New Tech — Should I Try It?

You don’t want to be too early when it comes to adopt­ing new soft­ware — you also don’t want to be too late.

Financial Planning - - Contents - BY CAROLYN MCCLANAHAN

You don’t want to be too early when it comes to adopt­ing new soft­ware — you also don’t want to be too late.

Good tech­nol­ogy is a must-have in any suc­cess­ful fi­nan­cial ad­vi­sor’s prac­tice. With so many op­tions avail­able, how­ever, de­cid­ing what new tools to use can be over­whelm­ing.

If you are too far ahead of the game, you may waste a lot of time, en­ergy and money in­vest­ing in prod­ucts that don’t pan out. Like­wise, if you are too far be­hind, you may pay dearly in lost pro­duc­tiv­ity and client sat­is­fac­tion.

How can you adopt tech­nol­ogy sen­si­bly for your prac­tice with­out driv­ing your­self crazy? First, find out where you fall on the scale of in­no­va­tor vs. lag­gard.

Most of us can place our­selves into one of five cat­e­gories. (I’ve adapted the fol­low­ing frame­work from E.M. Rogers’ so­cial sci­ence the­ory called dif­fu­sion of in­no­va­tion.)

In­no­va­tors try all the lat­est of­fer­ings and ac­tively seek out new op­por­tu­ni­ties. Early adopters are a lit­tle slower to adopt but know they will have a lead­ing po­si­tion in ap­ply­ing the tech­nol­ogy in their day-to-day work if the tool is suc­cess­ful. The early ma­jor­ity jump on board af­ter see­ing ev­i­dence it works for oth­ers. These three cat­e­gories make up about 50% of the tech­nol­ogy adop­tion sta­tus.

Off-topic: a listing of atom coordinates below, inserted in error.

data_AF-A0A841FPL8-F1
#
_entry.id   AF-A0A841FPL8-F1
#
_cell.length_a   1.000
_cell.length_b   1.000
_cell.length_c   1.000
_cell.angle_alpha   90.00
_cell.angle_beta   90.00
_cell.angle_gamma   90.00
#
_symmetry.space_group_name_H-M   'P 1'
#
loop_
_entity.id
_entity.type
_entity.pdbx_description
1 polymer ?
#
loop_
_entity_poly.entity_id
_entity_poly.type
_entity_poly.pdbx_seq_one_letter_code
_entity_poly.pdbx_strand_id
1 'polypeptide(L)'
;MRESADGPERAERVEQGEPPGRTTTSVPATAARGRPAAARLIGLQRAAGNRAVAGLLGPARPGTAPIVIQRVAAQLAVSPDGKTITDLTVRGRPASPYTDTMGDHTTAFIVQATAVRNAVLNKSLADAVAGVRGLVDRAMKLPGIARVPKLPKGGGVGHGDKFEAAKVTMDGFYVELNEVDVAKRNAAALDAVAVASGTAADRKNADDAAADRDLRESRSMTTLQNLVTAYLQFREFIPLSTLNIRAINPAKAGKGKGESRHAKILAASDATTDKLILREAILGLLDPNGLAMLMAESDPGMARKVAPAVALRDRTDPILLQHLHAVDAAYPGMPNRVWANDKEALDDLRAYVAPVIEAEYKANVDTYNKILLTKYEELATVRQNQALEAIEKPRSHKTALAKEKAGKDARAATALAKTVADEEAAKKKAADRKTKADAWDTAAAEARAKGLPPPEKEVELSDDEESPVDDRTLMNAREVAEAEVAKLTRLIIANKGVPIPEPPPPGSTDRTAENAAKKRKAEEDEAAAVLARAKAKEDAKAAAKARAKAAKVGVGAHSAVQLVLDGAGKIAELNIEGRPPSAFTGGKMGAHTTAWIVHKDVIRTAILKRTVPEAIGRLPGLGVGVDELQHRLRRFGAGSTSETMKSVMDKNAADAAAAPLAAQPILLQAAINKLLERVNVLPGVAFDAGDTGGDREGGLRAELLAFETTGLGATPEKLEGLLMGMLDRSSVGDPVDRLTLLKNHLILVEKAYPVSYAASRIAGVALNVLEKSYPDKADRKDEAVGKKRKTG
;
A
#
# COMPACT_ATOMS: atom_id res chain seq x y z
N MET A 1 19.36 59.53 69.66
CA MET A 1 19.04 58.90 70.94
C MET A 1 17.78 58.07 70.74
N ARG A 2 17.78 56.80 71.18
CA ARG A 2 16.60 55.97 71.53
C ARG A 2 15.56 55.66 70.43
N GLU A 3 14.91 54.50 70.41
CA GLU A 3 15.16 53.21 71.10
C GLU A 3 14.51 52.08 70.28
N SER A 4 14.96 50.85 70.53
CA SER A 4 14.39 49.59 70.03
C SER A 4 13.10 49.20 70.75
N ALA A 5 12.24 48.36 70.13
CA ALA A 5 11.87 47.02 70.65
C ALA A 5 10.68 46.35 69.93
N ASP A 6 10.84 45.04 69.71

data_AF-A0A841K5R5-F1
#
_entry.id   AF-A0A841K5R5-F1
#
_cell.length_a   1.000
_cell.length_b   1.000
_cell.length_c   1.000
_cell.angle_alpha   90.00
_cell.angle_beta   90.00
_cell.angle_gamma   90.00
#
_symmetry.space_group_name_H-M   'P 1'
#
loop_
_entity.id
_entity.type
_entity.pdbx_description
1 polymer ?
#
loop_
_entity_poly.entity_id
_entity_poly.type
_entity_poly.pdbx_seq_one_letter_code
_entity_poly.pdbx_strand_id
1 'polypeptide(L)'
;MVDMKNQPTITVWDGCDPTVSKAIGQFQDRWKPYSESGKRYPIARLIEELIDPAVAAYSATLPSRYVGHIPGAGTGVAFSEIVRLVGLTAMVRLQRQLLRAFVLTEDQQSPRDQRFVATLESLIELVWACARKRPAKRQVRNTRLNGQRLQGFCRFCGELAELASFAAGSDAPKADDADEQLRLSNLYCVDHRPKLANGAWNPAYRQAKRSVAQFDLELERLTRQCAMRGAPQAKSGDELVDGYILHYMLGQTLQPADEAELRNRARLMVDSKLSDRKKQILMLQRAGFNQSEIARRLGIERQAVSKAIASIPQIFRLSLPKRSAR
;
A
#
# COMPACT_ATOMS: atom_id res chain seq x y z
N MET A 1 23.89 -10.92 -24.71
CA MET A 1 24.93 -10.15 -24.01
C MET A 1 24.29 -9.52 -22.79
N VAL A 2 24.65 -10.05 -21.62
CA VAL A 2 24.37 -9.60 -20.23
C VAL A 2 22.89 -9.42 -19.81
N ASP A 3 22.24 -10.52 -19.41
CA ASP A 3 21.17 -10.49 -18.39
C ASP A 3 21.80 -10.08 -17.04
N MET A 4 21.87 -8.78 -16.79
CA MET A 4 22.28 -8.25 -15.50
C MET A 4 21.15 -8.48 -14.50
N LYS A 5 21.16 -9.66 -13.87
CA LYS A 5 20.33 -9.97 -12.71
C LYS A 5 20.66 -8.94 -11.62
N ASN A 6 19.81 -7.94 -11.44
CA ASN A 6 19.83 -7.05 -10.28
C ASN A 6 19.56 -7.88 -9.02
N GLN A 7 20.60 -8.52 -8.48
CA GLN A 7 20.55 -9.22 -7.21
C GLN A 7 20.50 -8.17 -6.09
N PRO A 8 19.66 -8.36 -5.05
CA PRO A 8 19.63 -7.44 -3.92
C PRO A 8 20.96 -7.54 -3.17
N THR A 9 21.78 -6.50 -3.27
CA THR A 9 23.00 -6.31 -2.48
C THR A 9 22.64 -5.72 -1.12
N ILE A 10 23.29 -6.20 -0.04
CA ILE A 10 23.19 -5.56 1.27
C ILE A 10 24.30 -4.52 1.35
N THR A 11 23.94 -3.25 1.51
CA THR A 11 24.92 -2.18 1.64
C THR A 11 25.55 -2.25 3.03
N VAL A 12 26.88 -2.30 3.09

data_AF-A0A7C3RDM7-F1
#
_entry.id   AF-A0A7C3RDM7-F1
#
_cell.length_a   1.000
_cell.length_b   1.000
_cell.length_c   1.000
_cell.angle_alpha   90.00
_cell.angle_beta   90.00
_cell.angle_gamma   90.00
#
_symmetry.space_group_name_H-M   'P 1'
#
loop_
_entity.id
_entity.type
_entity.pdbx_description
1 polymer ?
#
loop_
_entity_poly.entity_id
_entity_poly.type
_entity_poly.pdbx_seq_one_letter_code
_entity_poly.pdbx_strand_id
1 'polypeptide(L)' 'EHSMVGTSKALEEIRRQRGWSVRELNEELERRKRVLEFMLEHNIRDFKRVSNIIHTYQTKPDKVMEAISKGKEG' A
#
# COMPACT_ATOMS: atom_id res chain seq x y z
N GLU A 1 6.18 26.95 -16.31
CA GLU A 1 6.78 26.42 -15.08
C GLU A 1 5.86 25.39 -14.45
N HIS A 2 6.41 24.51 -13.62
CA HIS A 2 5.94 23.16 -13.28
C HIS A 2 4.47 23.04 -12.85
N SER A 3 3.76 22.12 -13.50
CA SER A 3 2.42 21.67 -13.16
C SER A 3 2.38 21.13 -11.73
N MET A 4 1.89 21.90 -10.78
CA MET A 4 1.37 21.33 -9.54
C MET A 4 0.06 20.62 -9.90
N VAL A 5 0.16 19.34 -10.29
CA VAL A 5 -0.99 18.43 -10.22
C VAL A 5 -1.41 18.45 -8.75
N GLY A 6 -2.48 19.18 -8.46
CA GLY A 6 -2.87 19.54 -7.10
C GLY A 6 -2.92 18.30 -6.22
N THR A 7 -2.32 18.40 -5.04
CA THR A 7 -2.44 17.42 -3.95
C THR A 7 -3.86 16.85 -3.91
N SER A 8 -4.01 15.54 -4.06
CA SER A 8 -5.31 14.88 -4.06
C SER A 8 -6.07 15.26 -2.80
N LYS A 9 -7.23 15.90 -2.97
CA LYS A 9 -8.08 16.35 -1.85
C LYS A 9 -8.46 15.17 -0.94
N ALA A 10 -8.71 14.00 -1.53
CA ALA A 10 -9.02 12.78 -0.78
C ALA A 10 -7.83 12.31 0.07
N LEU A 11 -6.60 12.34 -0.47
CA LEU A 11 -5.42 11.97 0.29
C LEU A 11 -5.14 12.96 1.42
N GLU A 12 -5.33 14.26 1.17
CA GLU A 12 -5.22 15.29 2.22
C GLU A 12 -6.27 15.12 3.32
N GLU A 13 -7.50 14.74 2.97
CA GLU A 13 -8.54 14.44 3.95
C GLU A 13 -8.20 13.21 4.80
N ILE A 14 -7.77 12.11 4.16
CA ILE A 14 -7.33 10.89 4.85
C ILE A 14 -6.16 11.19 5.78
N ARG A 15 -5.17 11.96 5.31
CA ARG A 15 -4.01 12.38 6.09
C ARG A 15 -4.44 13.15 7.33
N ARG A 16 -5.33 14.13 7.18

The bot­tom half con­sists of the late ma­jor­ity — those who be­lat­edly adopt tech­nol­ogy, kick­ing and scream­ing the whole time — and the lag­gards — those who may never im­ple­ment cer­tain tech­nol­ogy.

I con­sider my­self some­where be­tween an early adopter and the early ma­jor­ity. My mind­set comes from my ex­pe­ri­ence in prac­tic­ing medicine. One of my pro­fes­sors said, “Never pre­scribe a newly-re­leased drug for at least six months. Let all the other doc­tors kill their pa­tients first.” This re­ally came to pass as I saw mul­ti­ple drugs go on, then off the mar­ket when wider use showed their true lim­i­ta­tions and side ef­fects.

How does this ex­pe­ri­ence re­late to soft­ware? In my 15 years of fi­nan­cial plan­ning prac­tice, I’ve seen many soft­ware pack­ages come and go. Very few live up to their prom­ises. The ones that do usu­ally are snapped up by a larger en­tity that even­tu­ally ru­ins a beau­ti­ful prod­uct. I’ve been an early adopter and sub­se­quently been to­tally burned.

Other times, I bought per­fectly good soft­ware only

If you are too far ahead of the game, you may waste a lot of time, en­ergy and money in­vest­ing in prod­ucts that don’t pan out.

to be left scram­bling when those pack­ages were pur­chased and killed by big­ger com­peti­tors.

Be­cause of these sna­fus, I’ve de­vel­oped a strong fil­ter for buy­ing soft­ware. Is the out­put valu­able for us or our clients? If not, we prob­a­bly don’t need it.

What is valu­able from a tech­nol­ogy per­spec­tive?

In a nut­shell, must-have soft­ware makes us more ef­fi­cient and/or aug­ments ed­u­ca­tion that pro­vides our clients with fi­nan­cial peace of mind.

My list of “I can’t live with­out” tools in­cludes re­la­tion­ship man­age­ment soft­ware, elec­tronic doc­u­ment stor­age, fi­nan­cial plan­ning soft­ware, re­mote meet­ing applications, ac­count­ing and tax plan­ning soft­ware. And with me be­ing a Twit­ter queen, I use a pro­gram called Cold Tur­key to keep me off so­cial me­dia so I can get my work done. It helps tem­po­rar­ily block dis­trac­tions.

What are tools that help us pro­vide client ed­u­ca­tion?

The por­tal in emoney is valu­able to show clients how they spend money. How­ever, that por­tal is also the bane of our ex­is­tence since we spend too much time and money keep­ing the ac­count con­nec­tions fresh. This drives us, and the clients, crazy. But the ma­jor­ity of clients see the util­ity in keep­ing it up to date.